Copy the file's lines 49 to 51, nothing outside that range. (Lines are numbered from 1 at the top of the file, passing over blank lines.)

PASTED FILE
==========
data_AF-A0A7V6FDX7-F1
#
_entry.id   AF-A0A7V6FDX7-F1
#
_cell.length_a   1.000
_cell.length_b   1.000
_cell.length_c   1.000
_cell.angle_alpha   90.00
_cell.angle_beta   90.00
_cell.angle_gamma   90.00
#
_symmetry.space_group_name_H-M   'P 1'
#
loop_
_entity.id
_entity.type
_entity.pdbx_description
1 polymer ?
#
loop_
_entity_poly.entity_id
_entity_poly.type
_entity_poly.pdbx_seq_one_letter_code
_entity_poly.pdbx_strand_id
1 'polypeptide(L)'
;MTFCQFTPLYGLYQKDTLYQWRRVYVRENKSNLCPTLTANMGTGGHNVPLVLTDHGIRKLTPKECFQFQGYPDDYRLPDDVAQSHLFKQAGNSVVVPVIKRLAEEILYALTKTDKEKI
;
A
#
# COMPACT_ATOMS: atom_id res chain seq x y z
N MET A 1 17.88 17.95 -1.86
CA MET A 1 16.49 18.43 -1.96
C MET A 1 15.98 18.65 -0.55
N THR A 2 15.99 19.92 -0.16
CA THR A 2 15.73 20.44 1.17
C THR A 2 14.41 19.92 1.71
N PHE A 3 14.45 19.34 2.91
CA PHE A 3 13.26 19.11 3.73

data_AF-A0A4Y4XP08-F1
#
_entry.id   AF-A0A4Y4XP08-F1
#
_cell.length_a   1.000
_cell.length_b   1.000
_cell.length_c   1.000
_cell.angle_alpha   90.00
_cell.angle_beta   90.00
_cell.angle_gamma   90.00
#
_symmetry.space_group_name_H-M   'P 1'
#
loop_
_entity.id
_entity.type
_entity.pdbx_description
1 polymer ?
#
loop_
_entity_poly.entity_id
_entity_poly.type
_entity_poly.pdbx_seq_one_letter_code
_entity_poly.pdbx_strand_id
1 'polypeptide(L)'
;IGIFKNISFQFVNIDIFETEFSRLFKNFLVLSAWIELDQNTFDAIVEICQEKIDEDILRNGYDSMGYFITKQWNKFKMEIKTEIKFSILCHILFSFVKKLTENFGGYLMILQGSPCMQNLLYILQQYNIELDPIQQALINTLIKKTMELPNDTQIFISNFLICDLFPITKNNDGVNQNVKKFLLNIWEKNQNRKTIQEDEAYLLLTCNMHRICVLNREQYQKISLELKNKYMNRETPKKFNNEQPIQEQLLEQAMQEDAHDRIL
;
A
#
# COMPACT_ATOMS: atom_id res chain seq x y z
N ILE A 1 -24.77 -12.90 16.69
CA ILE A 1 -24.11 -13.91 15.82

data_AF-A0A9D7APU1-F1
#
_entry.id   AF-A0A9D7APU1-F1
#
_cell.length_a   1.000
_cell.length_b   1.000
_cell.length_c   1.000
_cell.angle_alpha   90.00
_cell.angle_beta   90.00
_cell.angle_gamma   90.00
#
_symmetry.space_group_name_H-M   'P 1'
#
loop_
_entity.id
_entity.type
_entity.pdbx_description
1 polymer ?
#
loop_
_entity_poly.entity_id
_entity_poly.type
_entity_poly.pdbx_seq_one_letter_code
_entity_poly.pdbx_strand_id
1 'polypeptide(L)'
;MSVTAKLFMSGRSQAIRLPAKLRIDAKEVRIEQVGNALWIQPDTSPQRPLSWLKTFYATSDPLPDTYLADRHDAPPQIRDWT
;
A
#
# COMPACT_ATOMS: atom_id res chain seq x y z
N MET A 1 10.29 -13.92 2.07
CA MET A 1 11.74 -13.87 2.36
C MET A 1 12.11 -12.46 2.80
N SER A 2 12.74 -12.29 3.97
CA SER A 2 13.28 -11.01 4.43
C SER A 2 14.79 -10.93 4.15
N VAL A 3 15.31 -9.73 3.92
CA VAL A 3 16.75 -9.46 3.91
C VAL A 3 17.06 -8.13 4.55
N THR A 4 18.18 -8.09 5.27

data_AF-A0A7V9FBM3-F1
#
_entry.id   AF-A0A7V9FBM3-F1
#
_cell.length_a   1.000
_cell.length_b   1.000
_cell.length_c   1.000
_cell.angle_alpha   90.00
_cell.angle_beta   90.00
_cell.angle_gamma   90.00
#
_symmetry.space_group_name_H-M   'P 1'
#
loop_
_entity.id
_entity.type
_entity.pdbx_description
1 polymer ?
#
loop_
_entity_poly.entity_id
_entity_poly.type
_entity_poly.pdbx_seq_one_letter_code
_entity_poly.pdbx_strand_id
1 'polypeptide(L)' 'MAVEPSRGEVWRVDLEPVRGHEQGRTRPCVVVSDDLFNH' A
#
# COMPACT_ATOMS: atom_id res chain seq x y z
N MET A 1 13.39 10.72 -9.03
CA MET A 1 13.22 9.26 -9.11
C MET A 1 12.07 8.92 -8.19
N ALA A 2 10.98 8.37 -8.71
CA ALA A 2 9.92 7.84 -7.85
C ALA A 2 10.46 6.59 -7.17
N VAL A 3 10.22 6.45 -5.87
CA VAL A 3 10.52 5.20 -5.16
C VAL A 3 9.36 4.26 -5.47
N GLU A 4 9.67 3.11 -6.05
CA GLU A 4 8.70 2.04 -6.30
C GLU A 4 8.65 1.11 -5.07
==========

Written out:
#
_symmetry.space_group_name_H-M   'P 1'
#